Germany’s coalition parties on Thursday agreed to further measures worth some 10 billion euros ($10.81bn) to shield workers and companies from the effects of the coronavirus pandemic.
The aid package includes more government wage support for people in short-time work schemes, an arrangement that subsidises wages so that firms can cut working hours rather than sack employees, according to a document agreed by senior members of Chancellor Angela Merkel’s ruling coalition.
The parties also agreed to temporarily lower the tax burden for the catering industry through a reduced VAT rate of 7 percent for food and to give some tax relief for small companies.
The package also envisages increased financial support of the federal government worth 500 million euros ($540.88bn) for schools and pupils to boost e-learning and digitalisation.
“Germany has successfully slowed down the COVID-19 pandemic through drastic restrictions. This has significant economic and social consequences,” the coalition parties said in a joint statement issued after more than seven hours of negotiations.
“Nevertheless, we can only loosen the restrictions in small steps, because the virus is still widespread in Germany and we must not jeopardise success by another exponential wave of infections,” the parties said.
Although Germany’s infection rate had slowed a week ago and the country slowly began to reopen its economy, the number of confirmed coronavirus cases increased by 2,237 to 145,694 on Wednesday. This marked a second consecutive day of new infections accelerating, data from the Robert Koch Institute for infectious diseases showed.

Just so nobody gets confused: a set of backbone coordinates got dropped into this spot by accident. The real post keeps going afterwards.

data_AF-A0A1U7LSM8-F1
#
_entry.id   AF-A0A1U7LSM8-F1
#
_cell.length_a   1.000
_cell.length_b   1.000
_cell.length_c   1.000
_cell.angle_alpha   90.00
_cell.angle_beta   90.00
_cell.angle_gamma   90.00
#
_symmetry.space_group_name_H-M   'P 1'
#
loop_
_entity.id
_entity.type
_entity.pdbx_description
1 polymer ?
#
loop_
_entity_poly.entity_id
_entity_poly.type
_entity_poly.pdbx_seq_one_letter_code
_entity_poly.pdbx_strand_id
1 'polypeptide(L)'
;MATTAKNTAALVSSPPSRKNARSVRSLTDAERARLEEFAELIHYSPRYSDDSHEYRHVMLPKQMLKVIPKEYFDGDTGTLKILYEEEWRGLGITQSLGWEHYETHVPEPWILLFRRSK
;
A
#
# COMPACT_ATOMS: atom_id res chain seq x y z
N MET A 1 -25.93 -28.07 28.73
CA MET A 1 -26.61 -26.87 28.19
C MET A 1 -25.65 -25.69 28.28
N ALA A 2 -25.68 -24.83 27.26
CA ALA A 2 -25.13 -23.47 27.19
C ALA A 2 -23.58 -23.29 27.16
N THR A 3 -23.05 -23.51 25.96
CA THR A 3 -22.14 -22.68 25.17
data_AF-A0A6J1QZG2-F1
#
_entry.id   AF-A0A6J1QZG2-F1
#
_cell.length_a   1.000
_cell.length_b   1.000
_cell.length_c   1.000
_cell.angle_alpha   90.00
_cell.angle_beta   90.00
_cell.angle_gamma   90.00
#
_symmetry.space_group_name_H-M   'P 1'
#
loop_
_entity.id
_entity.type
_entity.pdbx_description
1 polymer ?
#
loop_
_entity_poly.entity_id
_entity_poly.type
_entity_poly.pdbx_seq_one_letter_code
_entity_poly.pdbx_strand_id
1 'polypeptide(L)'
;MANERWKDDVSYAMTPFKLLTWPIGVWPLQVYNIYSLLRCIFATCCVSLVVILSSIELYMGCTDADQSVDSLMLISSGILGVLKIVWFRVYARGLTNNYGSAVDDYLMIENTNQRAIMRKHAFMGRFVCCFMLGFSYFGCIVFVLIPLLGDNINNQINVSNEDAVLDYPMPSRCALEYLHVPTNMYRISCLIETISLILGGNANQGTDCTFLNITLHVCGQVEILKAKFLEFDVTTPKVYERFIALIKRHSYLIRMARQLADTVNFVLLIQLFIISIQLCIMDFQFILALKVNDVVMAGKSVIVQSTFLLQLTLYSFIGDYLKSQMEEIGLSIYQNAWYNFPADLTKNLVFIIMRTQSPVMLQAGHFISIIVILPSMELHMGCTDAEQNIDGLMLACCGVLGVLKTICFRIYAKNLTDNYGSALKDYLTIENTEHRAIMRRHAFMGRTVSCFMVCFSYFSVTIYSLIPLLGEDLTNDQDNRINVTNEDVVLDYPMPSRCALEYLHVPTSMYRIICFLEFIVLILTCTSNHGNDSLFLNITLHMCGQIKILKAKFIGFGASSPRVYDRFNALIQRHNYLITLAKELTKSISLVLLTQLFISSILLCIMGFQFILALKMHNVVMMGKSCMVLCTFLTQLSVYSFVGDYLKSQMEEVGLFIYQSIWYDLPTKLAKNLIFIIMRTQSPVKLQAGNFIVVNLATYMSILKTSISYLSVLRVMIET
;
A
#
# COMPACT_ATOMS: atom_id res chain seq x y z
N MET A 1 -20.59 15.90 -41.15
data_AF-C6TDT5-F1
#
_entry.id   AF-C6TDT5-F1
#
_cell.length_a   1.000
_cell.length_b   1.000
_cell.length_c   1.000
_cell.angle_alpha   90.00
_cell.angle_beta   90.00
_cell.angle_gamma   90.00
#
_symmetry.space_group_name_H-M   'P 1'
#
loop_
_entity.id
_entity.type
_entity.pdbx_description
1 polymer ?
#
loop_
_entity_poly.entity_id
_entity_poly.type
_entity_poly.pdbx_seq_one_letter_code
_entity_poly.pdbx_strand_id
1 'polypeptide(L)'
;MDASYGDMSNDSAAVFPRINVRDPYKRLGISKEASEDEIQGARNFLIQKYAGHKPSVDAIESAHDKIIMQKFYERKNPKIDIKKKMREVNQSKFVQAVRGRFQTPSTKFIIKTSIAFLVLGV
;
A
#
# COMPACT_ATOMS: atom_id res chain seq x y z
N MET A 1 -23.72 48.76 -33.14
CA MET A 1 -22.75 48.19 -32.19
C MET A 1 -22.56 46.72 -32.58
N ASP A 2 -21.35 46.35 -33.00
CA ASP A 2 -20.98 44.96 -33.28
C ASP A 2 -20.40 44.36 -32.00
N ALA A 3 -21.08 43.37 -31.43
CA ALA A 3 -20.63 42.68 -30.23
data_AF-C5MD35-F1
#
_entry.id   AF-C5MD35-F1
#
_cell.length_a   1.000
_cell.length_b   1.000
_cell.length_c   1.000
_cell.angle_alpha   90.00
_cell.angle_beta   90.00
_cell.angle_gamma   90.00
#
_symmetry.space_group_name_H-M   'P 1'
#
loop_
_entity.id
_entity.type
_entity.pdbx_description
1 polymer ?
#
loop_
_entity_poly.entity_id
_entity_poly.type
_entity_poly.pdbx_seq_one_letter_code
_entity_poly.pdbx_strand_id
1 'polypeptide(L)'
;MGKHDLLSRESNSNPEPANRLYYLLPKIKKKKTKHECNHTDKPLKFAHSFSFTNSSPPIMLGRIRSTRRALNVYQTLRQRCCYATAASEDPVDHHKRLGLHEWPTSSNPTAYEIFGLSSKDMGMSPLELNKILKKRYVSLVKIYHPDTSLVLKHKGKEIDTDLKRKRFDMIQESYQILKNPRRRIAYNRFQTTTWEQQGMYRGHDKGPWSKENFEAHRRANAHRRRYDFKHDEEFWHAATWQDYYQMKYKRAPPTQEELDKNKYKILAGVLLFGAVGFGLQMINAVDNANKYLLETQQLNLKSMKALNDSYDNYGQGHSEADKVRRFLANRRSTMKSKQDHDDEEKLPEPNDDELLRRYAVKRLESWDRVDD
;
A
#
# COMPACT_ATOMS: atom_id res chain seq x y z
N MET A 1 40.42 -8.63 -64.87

The latest stimulus package will allow the government to keep financial means for future measures, the parties said, suggesting that the government wants to keep some of its fiscal powder dry in the event of another escalation in the outbreak.
Germany has already approved an initial rescue package worth more than 750 billion euros ($811.31bn) to mitigate the effect of the coronavirus outbreak, with the government taking on new debt for the first time since 2013.
The first package agreed in March comprises a debt-financed supplementary budget of 156 billion euros ($168bn) and a stabilisation fund worth 600 billion euros for loans to struggling businesses and direct stakes in companies.